a group of cows in a barn a group of cows in a barn

Bovine Coronavirus (BCoV)

Bovilis Nasalgen-C

Bovine Coronavirus (BCoV)

Bovine coronavirus is associated with three distinct clinical syndromes; neonatal calf diarrhoea (NCD), more commonly referred to as calf scour, winter dysentery and bovine respiratory disease (BRD). NCD, caused by coronavirus, is less frequently diagnosed in the Republic of Ireland in the past few years, while rotavirus and cryptosporidia remain the most common causes of calf scour1. Winter dysentery affects adult cattle who present with multiple clinical signs including diarrhoea, fever and reduced milk production.

Bovine Respiratory Disease (BRD)

BRD is an umbrella term of which pneumonia is one syndrome. Clinical signs of BRD caused by BCoV can vary from mild to severe which is dependent on multiple factors such as host immunity and viral load exposure. Animals infected with BCoV can present with a fever, nasal and ocular discharge, non-productive cough, increased respiratory rate, lethargy and reduced feed intake. Animals infected with respiratory BCoV can shed the virus for 3-8 days. Bovine respiratory coronavirus can affect dairy, suckler and beef herds. BCoV is transmitted directly by faecal-oral and respiratory routes. The virus is classically transmitted from dam-to-calf and calf-to-calf.

a cow lying in hay

Recent research in Ireland demonstrated that BCoV was identified in the respiratory tract on 57% of tested farms by PCR2. In another study, BCoV represented the most frequently detected partner virus in BRD in respiratory outbreaks in calves less than 3 weeks of age3. BCoV most commonly achieves significance as a cause of BRD when acting with other viruses, for example RSV and PI3, and bacteria, for example Mannheimia haemolytica and Mycoplasma bovis. These concurrent infections (more than one infectious agent involved) can result in more severe clinical outcomes and potentially more mortalities.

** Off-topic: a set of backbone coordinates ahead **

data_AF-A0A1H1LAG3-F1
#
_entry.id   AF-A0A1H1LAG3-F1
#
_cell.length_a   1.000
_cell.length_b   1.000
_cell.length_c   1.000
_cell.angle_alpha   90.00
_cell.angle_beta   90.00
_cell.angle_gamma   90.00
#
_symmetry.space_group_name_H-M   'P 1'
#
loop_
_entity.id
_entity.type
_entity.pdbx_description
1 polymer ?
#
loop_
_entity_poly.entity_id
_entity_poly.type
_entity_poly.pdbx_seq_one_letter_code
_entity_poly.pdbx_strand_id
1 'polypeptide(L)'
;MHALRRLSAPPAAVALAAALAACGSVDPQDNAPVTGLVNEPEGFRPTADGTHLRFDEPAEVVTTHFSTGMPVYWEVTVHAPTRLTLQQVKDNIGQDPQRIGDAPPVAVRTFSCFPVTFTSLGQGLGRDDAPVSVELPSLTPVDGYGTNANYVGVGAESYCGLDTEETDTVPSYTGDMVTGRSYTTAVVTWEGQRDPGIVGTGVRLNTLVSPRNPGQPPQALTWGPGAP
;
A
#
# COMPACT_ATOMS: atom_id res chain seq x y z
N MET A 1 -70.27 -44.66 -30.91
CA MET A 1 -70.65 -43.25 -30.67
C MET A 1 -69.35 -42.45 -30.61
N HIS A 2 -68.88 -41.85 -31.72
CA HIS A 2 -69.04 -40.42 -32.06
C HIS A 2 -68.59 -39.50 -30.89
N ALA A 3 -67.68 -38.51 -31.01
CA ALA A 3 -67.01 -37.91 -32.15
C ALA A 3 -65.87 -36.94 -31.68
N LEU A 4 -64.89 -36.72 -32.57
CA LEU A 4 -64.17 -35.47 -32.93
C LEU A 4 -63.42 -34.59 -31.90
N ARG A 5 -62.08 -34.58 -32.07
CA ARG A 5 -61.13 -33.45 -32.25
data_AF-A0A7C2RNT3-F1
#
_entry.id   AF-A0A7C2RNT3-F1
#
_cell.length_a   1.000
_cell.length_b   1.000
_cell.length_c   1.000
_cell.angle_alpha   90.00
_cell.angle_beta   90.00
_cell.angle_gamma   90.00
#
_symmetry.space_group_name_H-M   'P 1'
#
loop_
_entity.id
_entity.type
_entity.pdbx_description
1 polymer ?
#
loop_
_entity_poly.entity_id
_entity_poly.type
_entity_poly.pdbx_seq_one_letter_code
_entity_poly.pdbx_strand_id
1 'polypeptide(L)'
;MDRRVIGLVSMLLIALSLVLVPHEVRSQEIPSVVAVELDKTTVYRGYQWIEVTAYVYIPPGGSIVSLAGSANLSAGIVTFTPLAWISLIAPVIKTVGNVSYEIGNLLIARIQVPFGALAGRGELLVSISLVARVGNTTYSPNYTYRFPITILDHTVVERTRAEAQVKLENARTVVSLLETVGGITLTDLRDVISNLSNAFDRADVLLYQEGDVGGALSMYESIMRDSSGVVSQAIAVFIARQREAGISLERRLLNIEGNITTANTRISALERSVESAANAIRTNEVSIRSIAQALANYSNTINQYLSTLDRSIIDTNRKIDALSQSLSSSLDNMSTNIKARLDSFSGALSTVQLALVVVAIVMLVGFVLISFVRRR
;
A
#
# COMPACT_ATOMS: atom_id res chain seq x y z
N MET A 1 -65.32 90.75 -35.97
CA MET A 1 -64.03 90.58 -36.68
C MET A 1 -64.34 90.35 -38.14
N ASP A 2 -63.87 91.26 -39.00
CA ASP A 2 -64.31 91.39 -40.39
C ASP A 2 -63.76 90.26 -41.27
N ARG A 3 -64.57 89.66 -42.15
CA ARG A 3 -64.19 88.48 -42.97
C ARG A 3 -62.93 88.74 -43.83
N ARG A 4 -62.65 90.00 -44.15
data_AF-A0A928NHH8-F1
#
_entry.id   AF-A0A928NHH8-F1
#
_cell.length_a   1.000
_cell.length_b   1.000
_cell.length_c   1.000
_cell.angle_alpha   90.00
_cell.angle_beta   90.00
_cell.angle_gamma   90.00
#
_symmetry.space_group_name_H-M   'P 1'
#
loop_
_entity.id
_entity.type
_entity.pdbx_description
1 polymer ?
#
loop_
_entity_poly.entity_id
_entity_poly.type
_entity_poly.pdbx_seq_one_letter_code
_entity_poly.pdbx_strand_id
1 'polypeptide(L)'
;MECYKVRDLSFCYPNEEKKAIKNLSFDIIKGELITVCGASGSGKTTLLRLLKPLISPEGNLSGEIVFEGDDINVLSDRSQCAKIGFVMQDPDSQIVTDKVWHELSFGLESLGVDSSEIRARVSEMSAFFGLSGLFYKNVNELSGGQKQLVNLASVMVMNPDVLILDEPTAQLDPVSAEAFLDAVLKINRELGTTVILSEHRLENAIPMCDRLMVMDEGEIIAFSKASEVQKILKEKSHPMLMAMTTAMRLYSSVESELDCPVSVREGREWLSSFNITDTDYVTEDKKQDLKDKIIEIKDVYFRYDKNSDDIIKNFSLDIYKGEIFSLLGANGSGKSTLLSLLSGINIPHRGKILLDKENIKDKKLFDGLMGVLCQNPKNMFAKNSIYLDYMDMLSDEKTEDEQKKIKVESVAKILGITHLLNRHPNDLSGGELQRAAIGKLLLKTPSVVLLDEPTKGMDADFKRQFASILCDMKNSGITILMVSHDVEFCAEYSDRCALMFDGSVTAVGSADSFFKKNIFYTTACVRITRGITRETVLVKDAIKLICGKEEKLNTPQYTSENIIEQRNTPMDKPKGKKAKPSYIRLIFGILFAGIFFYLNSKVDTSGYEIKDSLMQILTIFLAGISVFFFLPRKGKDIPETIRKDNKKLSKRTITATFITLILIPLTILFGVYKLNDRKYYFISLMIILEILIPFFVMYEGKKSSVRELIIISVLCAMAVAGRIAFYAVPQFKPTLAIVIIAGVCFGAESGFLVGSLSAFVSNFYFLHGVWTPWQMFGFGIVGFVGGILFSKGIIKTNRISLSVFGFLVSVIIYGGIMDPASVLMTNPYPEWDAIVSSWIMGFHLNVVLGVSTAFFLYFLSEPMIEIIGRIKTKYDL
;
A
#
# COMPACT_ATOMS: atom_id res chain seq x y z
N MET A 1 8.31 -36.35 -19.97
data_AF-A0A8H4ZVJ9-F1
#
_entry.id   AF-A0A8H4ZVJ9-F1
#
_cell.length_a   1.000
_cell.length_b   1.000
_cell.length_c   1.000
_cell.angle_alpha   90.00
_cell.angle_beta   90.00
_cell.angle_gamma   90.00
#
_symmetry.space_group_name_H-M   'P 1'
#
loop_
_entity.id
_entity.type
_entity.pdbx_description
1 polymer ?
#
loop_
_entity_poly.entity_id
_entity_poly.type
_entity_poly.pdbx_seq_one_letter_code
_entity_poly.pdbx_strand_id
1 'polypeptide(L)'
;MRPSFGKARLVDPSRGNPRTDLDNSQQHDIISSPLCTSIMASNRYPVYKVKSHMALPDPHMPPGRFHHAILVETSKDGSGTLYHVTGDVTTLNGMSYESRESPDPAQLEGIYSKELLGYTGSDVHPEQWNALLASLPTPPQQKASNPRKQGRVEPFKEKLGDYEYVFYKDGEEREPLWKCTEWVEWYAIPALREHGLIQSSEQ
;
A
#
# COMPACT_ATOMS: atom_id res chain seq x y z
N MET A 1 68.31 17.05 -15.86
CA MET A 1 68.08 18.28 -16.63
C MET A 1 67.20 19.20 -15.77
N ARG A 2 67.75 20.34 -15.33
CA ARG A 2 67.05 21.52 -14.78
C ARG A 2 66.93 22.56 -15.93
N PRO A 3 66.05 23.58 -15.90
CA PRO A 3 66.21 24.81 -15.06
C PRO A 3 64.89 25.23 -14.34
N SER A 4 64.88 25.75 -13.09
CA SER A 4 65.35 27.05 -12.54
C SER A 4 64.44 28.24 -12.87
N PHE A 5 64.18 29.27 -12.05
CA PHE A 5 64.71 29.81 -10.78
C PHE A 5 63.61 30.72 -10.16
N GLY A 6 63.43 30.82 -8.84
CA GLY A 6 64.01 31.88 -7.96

How do you establish if BCoV is a causative agent in BRD cases on your farm?

Diagnostics are required as clinical signs are non-specific to BCoV. It is important to engage with your veterinary practitioner to carry out diagnostic testing.

Your veterinary practitioner can perform nasal swabs, lung washes and/or serology preferably from fresh, early and untreated BRD cases.

While animals who succumbed to disease should ideally be sent for post-mortem as soon as possible (note BCoV is demonstrated more frequently in live animals compared to post mortem4).

Control Measures

It is important to implement control measures to prevent BRD as there are not only substantial economic implications of BRD but also respiratory disease is the most significant cause of death in cattle, greater than 1 month of age in Ireland, each year.

a cow in a metal box

BRD negatively impacts milk production by 525L in the first lactation5 while beef cattle with obvious clinical signs of BRD can take 59 days longer to finish6.